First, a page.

the first server computer managing a first file system in any one of the data storing devices,
the second server computer managing a second file system in any one of the data storing devices,
the second file system including data copied from the first file system, and
data written in the second file system after data is copied from the first file system being stored in a shared volume in any one of the data storing devices,
the method comprising:
comparing a load on the second server computer and a load on the first server computer; and
when the load on the second server computer is higher than the load on the first server computer, starting copy of the data stored in the shared volume to the first file system and issuing an access request from the client computer to the first server computer.
2. The method according to claim 1, further comprising, when the access request issued to the first server computer is a read request for data and the data, which is an object of the read request, is not copied from the shared volume to the first file system yet, reading the data, which is the object of the read request, from the shared volume and returning the read data to the client computer.
3. The method according to claim 1, wherein the copy of the data stored in the shared volume to the first file system is executed when the load on the first server computer is lower than a predetermined threshold.
4. The method according to claim 1, further comprising,
when the load on the second server computer is not higher than the load on the first server computer, issuing the access request from the client computer to the second server computer, and
when the access request issued to the second server computer is a write request for data, writing the data, which is an object of the write request, in the second file system and the shared volume.
5. The method according to claim 4, wherein the writing of the data in the shared volume is executed when the load on the second server computer is lower than a predetermined threshold.
6. The method according to claim 1, wherein
when the load on the second server computer is higher than the load on the first server computer, judging whether frequency of reversal of the load on the first server computer and the load on the second server computer is higher than a predetermined threshold,
when it is judged that the frequency is not higher than the predetermined threshold, copying the data, which is written in the second file system after data is copied from the first file system, to the first file system,
issuing the access request from the client computer to the first server computer after the copy of the data to the first file system ends, and
when the access request issued to the first server computer is a read request for data, reading the data, which is an object of the read request, from the first file system and returning the data read to the client computer.
7. The method according to claim 6, further comprising, when a difference between the load on the first server computer and the load on the second server computer is larger than a predetermined threshold, judging that frequency of reversal of the load on the first server computer and the load on the second server computer is higher than a predetermined threshold.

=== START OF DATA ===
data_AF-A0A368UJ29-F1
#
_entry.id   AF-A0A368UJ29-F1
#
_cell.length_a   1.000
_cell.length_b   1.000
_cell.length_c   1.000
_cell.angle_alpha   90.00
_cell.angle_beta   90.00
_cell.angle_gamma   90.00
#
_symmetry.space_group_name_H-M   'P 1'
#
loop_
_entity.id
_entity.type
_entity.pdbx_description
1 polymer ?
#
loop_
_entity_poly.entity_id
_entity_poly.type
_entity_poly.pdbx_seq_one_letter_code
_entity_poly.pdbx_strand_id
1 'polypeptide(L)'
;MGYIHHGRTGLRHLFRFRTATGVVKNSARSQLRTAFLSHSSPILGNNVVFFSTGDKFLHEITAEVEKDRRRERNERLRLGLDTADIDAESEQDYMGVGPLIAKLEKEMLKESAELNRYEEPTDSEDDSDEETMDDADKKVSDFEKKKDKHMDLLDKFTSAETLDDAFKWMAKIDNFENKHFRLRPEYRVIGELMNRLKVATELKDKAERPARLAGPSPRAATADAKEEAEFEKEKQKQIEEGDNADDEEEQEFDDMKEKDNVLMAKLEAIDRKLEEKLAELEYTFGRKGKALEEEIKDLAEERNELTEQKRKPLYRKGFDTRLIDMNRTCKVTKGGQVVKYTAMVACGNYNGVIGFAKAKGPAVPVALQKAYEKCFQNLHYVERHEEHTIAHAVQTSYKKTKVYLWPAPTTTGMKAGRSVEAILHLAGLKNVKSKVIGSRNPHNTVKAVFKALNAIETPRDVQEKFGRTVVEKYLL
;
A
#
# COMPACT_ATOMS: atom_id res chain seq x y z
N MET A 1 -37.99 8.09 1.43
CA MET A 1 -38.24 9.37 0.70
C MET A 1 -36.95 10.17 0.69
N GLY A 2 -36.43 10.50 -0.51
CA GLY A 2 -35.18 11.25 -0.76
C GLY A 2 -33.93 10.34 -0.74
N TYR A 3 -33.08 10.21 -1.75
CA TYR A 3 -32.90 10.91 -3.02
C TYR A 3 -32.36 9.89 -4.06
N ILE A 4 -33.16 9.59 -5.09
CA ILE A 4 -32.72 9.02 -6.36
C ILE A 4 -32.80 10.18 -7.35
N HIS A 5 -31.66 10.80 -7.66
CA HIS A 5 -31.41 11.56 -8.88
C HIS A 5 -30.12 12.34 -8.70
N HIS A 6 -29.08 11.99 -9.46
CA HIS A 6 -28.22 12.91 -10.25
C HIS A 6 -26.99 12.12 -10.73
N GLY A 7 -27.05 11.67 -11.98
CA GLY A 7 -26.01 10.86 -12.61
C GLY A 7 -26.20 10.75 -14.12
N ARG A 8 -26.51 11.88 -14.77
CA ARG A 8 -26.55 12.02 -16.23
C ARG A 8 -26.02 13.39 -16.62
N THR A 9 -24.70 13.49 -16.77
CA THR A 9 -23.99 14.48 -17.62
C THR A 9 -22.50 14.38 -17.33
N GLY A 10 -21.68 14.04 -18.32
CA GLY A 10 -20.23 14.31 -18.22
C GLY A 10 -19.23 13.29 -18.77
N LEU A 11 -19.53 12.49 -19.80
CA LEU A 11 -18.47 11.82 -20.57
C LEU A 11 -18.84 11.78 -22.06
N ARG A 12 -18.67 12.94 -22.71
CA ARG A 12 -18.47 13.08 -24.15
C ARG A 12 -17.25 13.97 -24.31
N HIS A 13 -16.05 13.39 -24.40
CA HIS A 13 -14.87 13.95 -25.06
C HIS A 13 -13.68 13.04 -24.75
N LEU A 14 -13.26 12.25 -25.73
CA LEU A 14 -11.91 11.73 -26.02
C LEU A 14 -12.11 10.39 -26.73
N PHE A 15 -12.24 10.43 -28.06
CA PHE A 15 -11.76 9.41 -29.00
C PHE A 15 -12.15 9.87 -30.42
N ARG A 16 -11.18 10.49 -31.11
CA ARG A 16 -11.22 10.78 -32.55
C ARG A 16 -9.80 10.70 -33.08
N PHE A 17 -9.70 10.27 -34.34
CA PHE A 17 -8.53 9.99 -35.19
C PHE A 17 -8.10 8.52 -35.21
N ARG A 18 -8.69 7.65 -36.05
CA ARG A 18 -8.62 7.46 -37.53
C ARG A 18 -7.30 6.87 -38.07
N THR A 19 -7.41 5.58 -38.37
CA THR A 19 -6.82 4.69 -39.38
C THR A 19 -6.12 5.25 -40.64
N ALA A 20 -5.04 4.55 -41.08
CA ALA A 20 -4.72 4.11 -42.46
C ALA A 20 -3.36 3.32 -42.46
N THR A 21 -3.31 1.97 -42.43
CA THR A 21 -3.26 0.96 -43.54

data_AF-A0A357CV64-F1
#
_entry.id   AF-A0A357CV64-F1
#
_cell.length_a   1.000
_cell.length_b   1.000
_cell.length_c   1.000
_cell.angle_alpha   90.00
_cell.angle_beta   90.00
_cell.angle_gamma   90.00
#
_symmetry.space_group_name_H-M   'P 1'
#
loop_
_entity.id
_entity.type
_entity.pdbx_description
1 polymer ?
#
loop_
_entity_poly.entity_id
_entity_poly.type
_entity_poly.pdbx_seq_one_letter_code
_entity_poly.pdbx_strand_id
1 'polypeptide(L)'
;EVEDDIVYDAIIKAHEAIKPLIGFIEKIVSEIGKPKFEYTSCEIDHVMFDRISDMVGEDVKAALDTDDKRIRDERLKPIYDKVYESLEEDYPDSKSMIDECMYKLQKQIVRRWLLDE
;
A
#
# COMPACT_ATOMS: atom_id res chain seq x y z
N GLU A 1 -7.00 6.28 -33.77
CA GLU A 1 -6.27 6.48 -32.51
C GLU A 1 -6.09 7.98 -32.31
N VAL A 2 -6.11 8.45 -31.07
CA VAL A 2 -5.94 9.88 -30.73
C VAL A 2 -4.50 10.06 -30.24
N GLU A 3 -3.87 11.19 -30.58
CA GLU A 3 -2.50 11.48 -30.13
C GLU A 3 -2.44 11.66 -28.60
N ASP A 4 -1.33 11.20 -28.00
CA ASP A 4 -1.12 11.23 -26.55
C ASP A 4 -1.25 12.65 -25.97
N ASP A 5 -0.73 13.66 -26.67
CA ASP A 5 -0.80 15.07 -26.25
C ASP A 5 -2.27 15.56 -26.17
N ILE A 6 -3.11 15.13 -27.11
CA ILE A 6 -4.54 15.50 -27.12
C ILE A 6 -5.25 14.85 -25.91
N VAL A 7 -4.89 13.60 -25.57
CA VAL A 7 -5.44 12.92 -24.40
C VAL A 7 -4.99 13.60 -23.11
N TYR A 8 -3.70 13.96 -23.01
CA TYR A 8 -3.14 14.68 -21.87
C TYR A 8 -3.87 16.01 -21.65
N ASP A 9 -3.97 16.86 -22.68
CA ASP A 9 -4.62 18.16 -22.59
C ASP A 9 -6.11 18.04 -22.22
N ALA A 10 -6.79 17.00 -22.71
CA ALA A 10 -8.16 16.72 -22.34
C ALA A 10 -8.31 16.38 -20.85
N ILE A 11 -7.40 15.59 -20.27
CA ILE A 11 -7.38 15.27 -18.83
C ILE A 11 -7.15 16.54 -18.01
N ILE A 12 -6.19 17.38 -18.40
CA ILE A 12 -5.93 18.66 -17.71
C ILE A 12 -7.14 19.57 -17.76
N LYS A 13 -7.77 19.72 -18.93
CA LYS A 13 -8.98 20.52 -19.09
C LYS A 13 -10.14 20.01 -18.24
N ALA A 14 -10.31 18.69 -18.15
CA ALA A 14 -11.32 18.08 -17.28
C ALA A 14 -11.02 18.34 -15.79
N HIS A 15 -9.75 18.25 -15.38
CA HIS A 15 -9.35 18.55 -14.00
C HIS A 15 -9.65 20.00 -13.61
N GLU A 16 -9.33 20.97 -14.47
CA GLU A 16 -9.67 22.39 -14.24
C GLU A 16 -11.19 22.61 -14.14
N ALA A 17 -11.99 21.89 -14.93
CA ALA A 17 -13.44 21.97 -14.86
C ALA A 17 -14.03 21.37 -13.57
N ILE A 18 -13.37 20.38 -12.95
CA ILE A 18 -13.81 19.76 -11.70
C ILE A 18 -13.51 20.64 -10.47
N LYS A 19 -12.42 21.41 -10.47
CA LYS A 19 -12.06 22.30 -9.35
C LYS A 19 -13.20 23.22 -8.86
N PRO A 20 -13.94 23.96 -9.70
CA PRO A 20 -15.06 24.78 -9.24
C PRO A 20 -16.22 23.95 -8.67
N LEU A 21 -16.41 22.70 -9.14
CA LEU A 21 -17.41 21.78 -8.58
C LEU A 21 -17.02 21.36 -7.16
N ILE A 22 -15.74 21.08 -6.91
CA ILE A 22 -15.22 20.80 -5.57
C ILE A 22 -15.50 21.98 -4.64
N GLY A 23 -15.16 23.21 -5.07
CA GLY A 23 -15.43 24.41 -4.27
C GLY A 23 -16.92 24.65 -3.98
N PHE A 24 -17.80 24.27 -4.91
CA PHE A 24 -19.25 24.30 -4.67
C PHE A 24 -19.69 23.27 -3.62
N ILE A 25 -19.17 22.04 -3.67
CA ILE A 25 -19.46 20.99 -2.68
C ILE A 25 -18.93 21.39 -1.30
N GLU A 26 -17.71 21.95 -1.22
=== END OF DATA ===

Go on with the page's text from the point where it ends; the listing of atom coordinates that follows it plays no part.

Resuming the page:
8. A computer system, comprising:
a first server computer;
a second server computer;
at least one data storing device; and
a client computer, wherein:
the first server computer, the second server computer, and the client computer are coupled via a network;
the first server computer and the second server computer are coupled to the at least one data storing device;
the first server computer includes a first interface coupled to the network, a first processor coupled to the first interface, and a first memory coupled to the first processor;
the first server computer manages a first file system in any one of the data storing devices;
the second server computer includes a second interface coupled to the network, a second processor coupled to the second interface, and a second memory coupled to the second processor;
the second server computer manages a second file system in any one of the data storing devices;
the second file system includes data copied from the first file system;
the client computer includes a third interface coupled to the network, a third processor coupled to the third interface, and a third memory coupled to the third processor;
data written in the second file system after data is copied from the first file system is stored in a shared volume in any one of the data storing devices;
the first server computer starts, when the load on the second server computer is higher than the load on the first server computer, copy of the data stored in the shared volume to the first file system; and
the client computer issues, when the load on the second server computer is higher than the load on the first server computer, an access request to the first server computer.
9. The computer system according to claim 8, wherein, when the access request issued to the first server computer is a read request for data and the data, which is an object of the read request, is not copied from the shared volume to the first file system yet, the first server computer reads the data, which is the object of the read request, from the shared volume and returns the read data to the client computer.